Free summer Shakespeare brings all sorts of people together, including me and the oaf who sat in front of me Friday. I was delighted not to meet him. It was enough just to watch him in action.
He was, at the least, entertaining in a mildly horrifying kind of way, good counterpart to the Commonwealth Shakespeare Company’s “Hamlet,” which was mildly horrifying in an entertaining way. The production was also funny where appropriate and staged in a watchable and accessible way, with some judicious updates. (It ends its run this weekend on Boston Common.)
But more about the oaf, whose conduct wasn’t so terrible but whose general behavior was increasingly objectionable. It was adding action to action that made him, heavy and bearded, gentle and simple, good competition for the play. As the tension mounted on stage, so did my incredulity offstage, and at times I wasn’t sure where to look and what to watch.
Just seconds after the play began he minced churlishly — or clumped delicately? — toward his friends, who were sitting just in front of us. Then came the settling-in process, in which he negotiated his bulk into a purple cloth seat. Not a traditional seat with legs, but the kind that forms an L of backpack material with a back clamped to its own base, which goes flat on the ground. Squeezing into one is like putting up wallpaper while facing away from the wall, and takes some faith and grace. This guy’s faith was on the awkward side, and he was roughly the size of a small bear, but he made it in.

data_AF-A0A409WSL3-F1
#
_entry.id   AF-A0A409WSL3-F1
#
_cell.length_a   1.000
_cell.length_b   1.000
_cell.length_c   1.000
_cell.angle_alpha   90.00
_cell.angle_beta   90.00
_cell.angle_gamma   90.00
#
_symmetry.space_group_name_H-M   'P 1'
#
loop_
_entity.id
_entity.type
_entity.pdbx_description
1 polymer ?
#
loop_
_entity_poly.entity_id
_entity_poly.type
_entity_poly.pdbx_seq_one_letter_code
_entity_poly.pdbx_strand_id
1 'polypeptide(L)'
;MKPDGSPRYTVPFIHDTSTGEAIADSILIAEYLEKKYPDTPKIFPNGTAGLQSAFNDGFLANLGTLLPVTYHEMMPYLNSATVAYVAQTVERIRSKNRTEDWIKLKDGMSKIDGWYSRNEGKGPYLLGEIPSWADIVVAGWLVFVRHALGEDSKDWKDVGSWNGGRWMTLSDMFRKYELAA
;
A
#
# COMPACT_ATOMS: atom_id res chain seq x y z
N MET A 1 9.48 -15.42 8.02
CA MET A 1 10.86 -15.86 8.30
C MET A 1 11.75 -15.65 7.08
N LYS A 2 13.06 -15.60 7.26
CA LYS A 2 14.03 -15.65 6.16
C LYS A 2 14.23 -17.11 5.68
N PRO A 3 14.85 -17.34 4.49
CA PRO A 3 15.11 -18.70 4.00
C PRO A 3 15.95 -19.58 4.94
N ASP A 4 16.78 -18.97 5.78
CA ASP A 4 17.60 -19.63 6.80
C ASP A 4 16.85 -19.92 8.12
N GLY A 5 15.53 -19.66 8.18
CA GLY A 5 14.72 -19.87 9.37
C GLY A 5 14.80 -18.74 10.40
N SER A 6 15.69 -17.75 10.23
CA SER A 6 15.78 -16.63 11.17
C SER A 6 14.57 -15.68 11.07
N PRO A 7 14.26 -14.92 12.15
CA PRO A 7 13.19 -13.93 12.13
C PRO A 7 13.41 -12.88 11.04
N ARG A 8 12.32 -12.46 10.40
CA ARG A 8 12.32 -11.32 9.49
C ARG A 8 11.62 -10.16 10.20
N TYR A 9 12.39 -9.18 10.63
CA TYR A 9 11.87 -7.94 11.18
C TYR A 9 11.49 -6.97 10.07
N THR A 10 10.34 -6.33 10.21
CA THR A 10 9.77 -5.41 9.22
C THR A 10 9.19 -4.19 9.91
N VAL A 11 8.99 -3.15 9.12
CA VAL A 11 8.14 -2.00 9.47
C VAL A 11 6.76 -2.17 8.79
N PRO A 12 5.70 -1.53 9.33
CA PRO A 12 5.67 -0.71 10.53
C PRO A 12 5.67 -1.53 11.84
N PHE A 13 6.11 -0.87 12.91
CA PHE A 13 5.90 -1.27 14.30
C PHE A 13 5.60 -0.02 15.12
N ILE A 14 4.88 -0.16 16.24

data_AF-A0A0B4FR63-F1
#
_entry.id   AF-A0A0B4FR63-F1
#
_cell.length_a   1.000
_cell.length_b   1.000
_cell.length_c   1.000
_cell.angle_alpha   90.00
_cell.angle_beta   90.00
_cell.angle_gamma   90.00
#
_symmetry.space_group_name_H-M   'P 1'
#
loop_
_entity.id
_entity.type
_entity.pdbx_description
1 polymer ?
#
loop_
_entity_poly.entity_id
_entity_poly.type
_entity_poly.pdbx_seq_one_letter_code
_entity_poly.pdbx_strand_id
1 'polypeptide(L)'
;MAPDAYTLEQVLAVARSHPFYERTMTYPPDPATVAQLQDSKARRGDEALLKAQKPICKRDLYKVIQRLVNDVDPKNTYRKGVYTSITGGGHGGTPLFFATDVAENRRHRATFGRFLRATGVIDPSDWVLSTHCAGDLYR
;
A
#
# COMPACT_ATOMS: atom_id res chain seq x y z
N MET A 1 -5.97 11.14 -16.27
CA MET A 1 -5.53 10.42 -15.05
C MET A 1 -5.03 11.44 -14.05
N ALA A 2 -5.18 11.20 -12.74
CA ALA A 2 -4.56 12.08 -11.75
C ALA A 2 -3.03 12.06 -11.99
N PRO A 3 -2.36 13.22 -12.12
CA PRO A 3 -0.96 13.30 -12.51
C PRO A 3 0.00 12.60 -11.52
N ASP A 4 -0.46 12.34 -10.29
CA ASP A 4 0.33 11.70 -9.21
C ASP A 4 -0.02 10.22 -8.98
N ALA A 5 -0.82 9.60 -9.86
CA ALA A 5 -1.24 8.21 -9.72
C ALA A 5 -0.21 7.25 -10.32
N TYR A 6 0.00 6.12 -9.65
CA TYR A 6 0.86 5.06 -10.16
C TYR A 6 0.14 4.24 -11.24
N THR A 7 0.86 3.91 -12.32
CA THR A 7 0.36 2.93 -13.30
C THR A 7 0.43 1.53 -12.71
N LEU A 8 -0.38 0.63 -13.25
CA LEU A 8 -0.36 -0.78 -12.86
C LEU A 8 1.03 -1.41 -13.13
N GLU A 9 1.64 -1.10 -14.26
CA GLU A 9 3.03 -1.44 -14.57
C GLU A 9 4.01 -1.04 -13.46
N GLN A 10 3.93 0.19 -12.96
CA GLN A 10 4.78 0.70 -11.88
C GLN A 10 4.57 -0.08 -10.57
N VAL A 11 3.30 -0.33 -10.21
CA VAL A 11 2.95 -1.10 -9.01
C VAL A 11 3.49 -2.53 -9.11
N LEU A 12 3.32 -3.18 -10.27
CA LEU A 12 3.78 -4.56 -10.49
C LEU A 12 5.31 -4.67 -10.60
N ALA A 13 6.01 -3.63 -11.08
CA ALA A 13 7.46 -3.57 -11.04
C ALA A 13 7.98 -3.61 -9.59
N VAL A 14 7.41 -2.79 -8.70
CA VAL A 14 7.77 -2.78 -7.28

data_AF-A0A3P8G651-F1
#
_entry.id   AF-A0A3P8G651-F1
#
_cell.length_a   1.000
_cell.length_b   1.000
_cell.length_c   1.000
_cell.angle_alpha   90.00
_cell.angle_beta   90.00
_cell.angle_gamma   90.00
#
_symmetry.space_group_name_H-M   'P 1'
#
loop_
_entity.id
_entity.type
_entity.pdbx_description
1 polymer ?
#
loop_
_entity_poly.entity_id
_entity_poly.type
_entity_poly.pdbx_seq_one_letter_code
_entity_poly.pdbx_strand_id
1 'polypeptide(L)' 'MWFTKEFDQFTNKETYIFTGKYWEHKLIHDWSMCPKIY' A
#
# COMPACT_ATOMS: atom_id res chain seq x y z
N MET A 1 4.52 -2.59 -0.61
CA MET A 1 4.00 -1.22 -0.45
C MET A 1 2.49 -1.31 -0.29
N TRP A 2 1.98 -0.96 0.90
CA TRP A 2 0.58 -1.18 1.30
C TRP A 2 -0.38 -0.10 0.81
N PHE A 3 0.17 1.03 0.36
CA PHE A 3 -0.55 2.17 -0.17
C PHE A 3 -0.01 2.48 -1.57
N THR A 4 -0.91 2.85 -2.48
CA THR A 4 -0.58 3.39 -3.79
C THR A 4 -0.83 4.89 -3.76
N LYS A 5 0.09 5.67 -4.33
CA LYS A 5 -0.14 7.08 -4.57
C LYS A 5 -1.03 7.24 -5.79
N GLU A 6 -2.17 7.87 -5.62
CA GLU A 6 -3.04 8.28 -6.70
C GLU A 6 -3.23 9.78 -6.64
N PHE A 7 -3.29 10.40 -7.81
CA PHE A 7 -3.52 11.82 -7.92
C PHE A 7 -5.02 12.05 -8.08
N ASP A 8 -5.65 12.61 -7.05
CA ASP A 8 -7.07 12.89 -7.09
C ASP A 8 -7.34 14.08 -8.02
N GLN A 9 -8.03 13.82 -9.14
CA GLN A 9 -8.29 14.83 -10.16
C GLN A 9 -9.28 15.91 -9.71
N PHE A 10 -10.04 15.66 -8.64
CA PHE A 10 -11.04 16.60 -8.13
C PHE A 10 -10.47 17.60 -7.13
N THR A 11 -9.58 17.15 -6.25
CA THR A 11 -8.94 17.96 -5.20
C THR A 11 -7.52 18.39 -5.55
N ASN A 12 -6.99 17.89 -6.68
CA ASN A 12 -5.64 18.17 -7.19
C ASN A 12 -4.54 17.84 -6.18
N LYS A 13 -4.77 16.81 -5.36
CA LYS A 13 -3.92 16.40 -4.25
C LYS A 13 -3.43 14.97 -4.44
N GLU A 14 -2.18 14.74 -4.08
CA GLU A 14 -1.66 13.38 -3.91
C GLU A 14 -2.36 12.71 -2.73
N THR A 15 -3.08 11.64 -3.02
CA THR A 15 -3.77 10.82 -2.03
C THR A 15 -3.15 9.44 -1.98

Almost immediately his cell phone rang. It tootled away in his right pants pocket while he discovered that, straitjacketed by the seat, his right pants pocket was no longer accessible. He fumbled at it until the tinny song stopped leaking past his keys and, possibly, his slide rule.
When that crisis passed, he broke out a bookseller’s plastic bag, turned it over and poured out a Sparknotes “No Fear” edition of “Hamlet,” which translates Shakespearean English into clunky American (“The question is: is it better to be alive or dead? Is it nobler to put up with all the nasty things that luck throws your way, or to fight against all those troubles by simply putting an end to them once and for all?”). He was going to read along with the play, this earnest goof with a Van Dyke beard, comparing language, a work-intensive and distracting scheme that ended by intermission.
He stood then at the sausage stand, noshing away, and when the play started again, he was missing. His companions looked around for him occasionally. They waved desperately a couple of times, apparently because he was walking the paved path, scanning the audience, unable to find his way back to his seat. Eventually he wandered in with an Italian ice — possibly bought for sustenance during his sojourn. After intermission his “No Fear” edition disappeared. Eventually he was seen looking at the couple on his left, who had suspiciously broken out a copy of the same book.
When the play was over, he and his friends discussed the play.
“I wish I had read the whole play beforehand,” the bearded oaf said.
Right, I thought.
“I thought ‘To be or not to be’ was from ‘Romeo and Juliet,’” he said a moment later.
Enough, I thought, and exited, chased by thoughts of a bear.